Can one spell "sublimation", hmmm?
Can one spell "sublimation", hmmm?
If the Washington Post's article's details are correct, this was NOT a bombing gone awry. It was artillery rounds (and possibly 40mm cannon fire) from an AC-130 Spectre, a gunship that's been in use since the Vietnam era. They're usually pinpoint accurate, every round is fired with an eyeball targetting via low-vision video, and there'll be full video tape of the entire action.
Doesn't make it any nicer, doesn't make it any less of a screw-up (in fact, more so). Lots of videos online of Spectre working out in Grenada, Afghanistan, Iraq, etc.
The hospital should consider itself lucky: those hits were probably only 105mm howitzer rounds. If they'd been multiple thousand pounders, the catastrophe and casualties would've been even greater.
Of course if the Post is wrong and this was NOT an AC-130
"Then if you go upstream you can see who that person's boss was...and see if testing happened...and, if testing didn't happen. So you can go from the bottom up to nail everyone."
Oh yeah, like that's gonna happen. Admittedly it would be easier than chasing down decisions in (1) crappy bank and investment fund decisions, (2) not sending aid to the US Consulate in Libya, (3) the Enron California power scam
At least that peanut butter CEO might be getting actual jail time; that's nice.
The British Empire learned this long long long ago. Read your Kipling and quit wasting our time.
This is the same state described here, right?
Amazing! I'm wondering if they added something to the drinking water
(who had some damned wise things to say about a LOT of stuff
"If an elderly but distinguished scientist says that something is possible, he is almost certainly right; but if he says that it is impossible, he is very probably wrong."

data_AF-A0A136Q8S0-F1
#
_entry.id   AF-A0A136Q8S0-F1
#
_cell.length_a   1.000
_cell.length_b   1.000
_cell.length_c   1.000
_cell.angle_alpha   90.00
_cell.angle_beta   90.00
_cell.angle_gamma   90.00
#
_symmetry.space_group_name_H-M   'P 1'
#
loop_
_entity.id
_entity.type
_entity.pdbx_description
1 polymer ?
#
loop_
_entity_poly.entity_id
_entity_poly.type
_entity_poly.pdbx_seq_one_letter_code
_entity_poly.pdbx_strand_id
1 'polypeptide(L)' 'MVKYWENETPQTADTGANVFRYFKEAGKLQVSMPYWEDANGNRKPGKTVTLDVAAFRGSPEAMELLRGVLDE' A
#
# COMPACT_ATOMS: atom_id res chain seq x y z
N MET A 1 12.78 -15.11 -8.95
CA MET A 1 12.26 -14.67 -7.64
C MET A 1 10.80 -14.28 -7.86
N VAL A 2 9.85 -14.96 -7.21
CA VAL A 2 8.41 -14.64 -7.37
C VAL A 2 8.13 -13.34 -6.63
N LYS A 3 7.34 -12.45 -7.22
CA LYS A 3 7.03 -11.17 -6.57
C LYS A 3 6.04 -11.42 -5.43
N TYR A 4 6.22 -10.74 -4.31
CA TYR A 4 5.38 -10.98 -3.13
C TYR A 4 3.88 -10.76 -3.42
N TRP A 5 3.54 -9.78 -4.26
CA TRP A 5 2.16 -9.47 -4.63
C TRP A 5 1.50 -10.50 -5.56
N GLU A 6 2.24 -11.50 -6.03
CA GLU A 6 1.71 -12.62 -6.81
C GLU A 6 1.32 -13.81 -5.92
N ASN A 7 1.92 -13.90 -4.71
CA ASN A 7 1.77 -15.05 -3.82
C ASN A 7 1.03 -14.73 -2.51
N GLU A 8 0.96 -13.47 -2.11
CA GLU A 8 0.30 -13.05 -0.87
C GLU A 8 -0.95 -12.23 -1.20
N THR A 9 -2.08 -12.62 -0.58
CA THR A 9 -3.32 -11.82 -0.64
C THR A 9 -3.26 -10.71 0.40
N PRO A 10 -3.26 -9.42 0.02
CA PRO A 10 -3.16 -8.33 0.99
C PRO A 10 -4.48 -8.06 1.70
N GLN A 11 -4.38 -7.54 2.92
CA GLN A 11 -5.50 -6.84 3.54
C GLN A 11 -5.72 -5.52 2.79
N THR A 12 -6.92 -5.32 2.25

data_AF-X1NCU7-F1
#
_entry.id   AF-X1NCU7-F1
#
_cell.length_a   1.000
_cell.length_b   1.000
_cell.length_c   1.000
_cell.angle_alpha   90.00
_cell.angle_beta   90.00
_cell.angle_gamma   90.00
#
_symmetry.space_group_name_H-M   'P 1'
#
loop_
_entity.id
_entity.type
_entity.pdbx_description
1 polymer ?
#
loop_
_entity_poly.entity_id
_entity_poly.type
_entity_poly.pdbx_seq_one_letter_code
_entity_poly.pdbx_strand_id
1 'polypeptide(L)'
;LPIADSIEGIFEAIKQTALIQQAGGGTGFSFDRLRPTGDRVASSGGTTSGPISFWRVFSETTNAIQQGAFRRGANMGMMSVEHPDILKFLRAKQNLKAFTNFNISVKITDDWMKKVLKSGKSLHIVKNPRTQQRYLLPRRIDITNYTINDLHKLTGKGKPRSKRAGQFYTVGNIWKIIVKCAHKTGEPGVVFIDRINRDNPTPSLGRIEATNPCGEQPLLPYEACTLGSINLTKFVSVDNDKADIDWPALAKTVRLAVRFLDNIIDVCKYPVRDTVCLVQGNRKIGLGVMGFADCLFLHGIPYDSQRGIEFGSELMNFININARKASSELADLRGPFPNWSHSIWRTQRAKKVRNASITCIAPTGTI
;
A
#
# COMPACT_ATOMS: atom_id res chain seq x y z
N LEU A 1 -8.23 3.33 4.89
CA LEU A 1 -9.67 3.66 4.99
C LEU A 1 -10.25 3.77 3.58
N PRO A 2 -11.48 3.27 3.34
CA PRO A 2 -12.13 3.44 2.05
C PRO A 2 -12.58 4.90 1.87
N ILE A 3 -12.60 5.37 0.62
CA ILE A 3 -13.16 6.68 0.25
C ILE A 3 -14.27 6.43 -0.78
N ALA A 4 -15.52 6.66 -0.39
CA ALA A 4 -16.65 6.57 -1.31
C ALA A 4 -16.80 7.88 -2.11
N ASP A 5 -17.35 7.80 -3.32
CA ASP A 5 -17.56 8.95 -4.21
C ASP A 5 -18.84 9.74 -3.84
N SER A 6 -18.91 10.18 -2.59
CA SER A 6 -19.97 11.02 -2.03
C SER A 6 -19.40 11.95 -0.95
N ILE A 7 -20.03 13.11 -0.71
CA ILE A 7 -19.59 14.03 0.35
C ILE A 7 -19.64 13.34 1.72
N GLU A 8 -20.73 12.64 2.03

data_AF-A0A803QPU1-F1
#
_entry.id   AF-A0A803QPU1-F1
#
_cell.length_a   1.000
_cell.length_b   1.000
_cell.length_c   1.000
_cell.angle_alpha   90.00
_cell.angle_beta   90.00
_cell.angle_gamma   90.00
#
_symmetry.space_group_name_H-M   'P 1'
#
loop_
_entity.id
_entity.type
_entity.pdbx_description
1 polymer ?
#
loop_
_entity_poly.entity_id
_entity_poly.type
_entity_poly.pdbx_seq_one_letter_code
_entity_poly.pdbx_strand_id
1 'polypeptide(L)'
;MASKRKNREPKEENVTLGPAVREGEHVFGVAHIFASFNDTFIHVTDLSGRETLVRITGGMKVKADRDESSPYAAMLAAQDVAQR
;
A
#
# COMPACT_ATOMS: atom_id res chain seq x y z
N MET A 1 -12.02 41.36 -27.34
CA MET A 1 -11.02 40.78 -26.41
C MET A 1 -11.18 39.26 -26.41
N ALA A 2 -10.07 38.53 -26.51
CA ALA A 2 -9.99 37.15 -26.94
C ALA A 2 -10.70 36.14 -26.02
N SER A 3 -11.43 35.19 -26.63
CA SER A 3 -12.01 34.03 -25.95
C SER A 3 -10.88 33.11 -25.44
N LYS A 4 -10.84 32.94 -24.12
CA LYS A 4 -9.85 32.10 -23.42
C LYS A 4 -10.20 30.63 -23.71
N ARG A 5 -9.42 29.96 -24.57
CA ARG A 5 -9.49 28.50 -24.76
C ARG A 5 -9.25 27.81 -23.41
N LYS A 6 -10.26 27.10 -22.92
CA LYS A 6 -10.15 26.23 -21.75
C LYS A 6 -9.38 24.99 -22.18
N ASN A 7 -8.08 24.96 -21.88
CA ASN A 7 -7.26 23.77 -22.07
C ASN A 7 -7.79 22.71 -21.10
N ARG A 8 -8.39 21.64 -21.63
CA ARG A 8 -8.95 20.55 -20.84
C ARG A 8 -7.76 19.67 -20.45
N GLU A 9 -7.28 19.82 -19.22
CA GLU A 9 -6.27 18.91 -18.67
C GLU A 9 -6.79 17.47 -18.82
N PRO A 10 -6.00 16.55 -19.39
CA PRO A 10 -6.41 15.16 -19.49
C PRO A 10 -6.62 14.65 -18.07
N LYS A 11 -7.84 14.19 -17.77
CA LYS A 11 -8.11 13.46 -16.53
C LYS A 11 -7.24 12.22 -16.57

I fully agree. When a page takes three times as long to load because of the godz-cursed ads, I do what I can to get rid of them. That plus the known threat from malware that has been a problem with ads since they first came out.
Keep them fast, short, simple
I experienced the same Reboot Loop problem a month or two ago (as apparently did many others). I had to find and run a (luckily free) program that cleaned up the system and rolled my Win10 Pro Insider Preview back to Build 10074. I've been stuck there ever since, simply postponing (and then closing the window on) any updates.
Not even a full Win10 install solved it: the install would accept neither the "old" Win10 Preview code nor the previous Win7 installation code. No solutions yet.
Be sure to read this NatGeo article which corrects some of the misconceptions and mistakes history passed on to the first linked article:
True that. Otherwise, think about prison yards (recent drop by a drone of drugs in one), athletic fields (imagine a drone ditching, aldning, crashing in the middle of a professional football or baseball game), back yards as you mentioned, stampeding farm animals, hovering outside a business's windows and photographing commercial secrets. The list goes on and on and on.
No one's said a word (yet) about the difference in resistance losses between AC and DC when you try to transmit it over any significant distance at all.
If you want to give up almost all of your electrical uses in your home or business, feel free: switch to DC. Otherwise, I wouldn't suggest it. If you think those AC losses are significant, they don't hold a candle (heh) to DC.
I'd be very interested in how they're stating the possibility ("pustulated", "may", "suggests") that the aircraft could've made a landing in the water. Dents or other damage on bottom surface of the flaperon) vs elsewhere? The way the hinges or control rods were damaged? This is VERY important, and I dislike people just speculating how it might have happened without some damned solid evidence.
One of the few damned things he's done that I agree with. The big turkey, chicken and hog factory owners in this state were HUGELY supporting making whistleblowing illegal, after numerous embarrassing incidents involving health and animal cruelty issues in their plants and farms.
It's not hard to admit errors that are [only] cosmetically wrong. -- J.K. Galbraith